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The Fourier Transform (or Listening to Whales)

May 16, 2011

A Rushed, but Unapologetic Essay

Math is my great white whale. Elusive and dangerous, I can only ever view it from a distance, catching a rare glimpse every couple of months, when computation and process momentarily give way to theory. My search, normally fruitless, most often degrades into me trying to keep afloat. I focus on swimming – on continuing to move – but that is never enough.

I meant to start talking about the Fourier transform, the backbone (whales are vertebrate mammals, after all) of autotuning and x-ray crystallography. The gift of a French mathemagician, it keeps creeping back into my life, begging me to look at it.

I meant to tell you that I can look at and even possibly reproduce the formula that makes the transform possible. I could locate the necessary parameters, or at least a program to do it for me. My knowledge is functional, or very nearly could be. And isn’t that enough?

The existence of this essay suggests not. Not when the Fourier Transform can turn into time what was once frequency, or splinter into fragments what was once whole. Not when using it makes the scatter of light diffracted by a crystal become a 3-D model of electrons no one can see.  Knowing enough to compute is not knowing enough at all. At the surface there is nothing to hold on to – thrash around blindly and I will fall, building a mathematical bridge to nowhere.

Which brings me to what I guess is my driving idea. I have a functional knowledge of the math I know, but no more. I have learned to apply what I cannot necessarily grasp and this has led me astray.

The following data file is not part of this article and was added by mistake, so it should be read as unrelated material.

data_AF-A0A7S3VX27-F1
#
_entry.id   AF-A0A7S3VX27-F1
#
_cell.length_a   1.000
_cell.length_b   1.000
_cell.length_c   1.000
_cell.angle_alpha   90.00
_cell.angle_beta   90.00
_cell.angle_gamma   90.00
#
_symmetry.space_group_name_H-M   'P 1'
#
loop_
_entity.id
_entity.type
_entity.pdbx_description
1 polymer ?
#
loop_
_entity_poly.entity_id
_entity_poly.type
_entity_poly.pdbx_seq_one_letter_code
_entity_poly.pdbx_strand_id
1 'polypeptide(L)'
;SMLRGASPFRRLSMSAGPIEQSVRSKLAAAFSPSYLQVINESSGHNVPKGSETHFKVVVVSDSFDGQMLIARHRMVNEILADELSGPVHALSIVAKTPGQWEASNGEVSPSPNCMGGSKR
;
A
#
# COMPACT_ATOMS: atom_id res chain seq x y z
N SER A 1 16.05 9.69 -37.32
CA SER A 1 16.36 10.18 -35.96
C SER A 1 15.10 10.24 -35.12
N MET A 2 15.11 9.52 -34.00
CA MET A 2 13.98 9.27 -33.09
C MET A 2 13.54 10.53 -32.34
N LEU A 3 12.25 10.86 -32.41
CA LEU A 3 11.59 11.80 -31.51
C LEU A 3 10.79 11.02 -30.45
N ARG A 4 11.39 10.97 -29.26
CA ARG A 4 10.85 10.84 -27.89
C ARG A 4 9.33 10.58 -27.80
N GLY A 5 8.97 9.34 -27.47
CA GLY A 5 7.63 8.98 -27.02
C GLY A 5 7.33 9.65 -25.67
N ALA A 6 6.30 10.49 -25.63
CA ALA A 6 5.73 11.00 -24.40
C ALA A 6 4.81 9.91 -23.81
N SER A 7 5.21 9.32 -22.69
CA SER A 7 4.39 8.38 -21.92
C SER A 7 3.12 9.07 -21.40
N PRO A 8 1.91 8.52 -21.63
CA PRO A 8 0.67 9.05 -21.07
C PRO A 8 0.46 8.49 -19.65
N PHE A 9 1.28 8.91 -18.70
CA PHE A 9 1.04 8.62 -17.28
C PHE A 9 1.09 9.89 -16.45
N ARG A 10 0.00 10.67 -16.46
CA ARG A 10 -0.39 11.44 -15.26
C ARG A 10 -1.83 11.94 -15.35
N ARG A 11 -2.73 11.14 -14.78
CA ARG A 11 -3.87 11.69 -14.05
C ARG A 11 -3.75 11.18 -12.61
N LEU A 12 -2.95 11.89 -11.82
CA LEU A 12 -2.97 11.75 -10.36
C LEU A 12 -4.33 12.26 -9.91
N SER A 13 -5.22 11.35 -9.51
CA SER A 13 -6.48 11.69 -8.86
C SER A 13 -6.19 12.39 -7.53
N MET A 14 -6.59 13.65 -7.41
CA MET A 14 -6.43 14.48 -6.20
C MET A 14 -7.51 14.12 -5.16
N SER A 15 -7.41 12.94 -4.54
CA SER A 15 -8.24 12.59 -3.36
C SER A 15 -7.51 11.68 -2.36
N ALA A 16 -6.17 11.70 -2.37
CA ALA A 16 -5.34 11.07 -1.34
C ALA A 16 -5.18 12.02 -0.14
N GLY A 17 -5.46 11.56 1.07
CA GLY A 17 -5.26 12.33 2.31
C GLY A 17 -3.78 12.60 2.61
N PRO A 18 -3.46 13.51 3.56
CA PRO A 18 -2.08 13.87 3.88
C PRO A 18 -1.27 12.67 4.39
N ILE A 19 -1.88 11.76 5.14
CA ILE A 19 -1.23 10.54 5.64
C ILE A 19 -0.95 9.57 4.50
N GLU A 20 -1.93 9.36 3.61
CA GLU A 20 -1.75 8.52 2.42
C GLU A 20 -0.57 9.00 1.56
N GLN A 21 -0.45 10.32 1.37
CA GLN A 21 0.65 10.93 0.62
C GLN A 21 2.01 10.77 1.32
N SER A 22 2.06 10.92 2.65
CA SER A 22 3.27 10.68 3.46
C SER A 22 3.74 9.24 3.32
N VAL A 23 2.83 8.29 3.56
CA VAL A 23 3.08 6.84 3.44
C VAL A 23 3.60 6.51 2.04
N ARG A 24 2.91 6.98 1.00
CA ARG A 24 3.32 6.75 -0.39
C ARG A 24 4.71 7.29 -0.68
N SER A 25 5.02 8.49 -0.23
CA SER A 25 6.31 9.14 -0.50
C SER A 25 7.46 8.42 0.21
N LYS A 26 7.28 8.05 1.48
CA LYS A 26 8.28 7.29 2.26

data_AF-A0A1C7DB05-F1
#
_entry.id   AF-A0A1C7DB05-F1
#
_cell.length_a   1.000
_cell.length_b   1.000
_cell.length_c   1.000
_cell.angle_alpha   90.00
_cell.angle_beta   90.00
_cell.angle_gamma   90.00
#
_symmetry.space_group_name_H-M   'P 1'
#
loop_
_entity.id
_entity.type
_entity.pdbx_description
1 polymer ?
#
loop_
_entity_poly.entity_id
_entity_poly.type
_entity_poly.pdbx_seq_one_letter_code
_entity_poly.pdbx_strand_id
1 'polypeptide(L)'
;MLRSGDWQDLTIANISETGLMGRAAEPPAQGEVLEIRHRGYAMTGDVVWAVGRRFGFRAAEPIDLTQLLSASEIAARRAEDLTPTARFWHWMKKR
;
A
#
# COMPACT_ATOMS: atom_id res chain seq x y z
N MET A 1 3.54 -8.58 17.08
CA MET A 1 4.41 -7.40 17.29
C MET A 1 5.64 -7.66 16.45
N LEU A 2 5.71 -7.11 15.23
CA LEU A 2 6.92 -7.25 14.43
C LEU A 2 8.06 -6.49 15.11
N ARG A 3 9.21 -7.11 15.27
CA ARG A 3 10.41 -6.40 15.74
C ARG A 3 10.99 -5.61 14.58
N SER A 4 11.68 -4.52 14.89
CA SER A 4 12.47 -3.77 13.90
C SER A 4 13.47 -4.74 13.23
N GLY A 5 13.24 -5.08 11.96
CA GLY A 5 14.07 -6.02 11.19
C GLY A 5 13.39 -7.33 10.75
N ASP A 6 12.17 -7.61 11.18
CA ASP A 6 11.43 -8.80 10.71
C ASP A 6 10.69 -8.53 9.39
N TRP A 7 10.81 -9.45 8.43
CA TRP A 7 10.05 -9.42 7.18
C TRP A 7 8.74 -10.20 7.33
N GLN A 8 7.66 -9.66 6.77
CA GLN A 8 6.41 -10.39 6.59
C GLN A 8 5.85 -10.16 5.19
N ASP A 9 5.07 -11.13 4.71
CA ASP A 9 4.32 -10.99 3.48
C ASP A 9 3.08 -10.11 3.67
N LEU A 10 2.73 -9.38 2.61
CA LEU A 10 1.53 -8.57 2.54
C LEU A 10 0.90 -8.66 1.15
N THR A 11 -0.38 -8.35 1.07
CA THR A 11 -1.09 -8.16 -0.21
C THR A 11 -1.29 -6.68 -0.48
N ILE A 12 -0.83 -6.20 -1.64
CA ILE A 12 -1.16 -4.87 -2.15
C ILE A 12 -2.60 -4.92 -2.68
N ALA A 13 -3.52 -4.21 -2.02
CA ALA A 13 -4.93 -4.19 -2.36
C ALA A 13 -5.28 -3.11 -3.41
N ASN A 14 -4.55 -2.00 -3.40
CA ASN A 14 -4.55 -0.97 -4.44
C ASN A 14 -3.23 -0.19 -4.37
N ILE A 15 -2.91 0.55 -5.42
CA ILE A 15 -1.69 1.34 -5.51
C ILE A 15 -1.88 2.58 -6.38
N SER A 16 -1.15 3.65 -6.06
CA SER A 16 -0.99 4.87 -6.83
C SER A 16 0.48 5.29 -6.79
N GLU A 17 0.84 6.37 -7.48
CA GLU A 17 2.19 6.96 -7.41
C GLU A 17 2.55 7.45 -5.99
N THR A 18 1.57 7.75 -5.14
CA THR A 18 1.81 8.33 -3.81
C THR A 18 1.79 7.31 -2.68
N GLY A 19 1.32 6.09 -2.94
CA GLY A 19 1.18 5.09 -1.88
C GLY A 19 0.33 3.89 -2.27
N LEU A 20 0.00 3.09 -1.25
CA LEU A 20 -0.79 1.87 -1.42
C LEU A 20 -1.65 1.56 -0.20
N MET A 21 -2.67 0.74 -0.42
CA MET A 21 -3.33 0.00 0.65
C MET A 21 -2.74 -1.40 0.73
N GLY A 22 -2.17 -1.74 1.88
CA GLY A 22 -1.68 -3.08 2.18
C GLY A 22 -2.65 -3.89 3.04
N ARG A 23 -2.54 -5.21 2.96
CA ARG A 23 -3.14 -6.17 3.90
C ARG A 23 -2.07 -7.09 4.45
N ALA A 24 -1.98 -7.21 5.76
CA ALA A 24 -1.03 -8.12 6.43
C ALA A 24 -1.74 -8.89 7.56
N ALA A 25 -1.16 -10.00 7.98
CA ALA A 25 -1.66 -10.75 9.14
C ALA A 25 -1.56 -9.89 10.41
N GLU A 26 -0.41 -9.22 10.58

I used to think that math was the only perfect thing humanity created, a miracle untouched by our inconsistencies and shortcomings. It let us escape the immediate irrationality of our world view for a land of symmetric abstraction, of clean answers, of definitiveness.

But as I have looked, and seen fractals in the placement of tree branches, or sigmoid curves in leaves, or phi in snail shells, I am no longer convinced. Math is not ours and it is not perfect. But it is a secret language that runs through our world, something we can transcribe and translate to reveal the hidden architecture connecting ourselves and our surroundings.

Faced with evidence of this language, I can only circle the few words I recognize, accepting a fragmented picture of what I want to know but cannot hold. I can reproduce the useful phrases – “Comment ça va?” “Oui, ça va bien, merci. Et vous?” – and get to some expected result, but one that is no longer what I want.

So yes, indict me for mixing my metaphors, but math is a language I do not speak and a whale I will never catch. But, the dictionary-wielding, wizened Ahab-type character I am will not stop reading, or learning, or searching. My ship might always be slightly off course but at least moving makes me feel better.

If you made it all the way to the end, congrats. As a reward, check out spectral music (a quick Google will suffice). The Fourier Transform rears its fascinating head again, with chillingly interesting results.

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2 Comments leave one →
  1. May 16, 2011 10:34 pm

    This is fabulous. I enjoyed it thoroughly.

  2. May 22, 2011 5:24 am

    Wonderfully written.

    Math, even in its most abstract and pure, often winds up less perfect than we initially suspect. Gödel’s incompleteness theorems are a good example.

    My favourite, though, is Euclid’s first postulate. I remember when I first saw it, I was utterly thrilled with its elegance and simplicity (link!). Countless mathematicians have clamoured on about how this proof isn’t “rigorous enough”. It’s true, Euclid does a little handwaving, but it’s so minor, compared to the delightful simplicity of the construction.

    Anyways, that was my nerd-gush for the evening. Thanks for this! I really enjoyed it.

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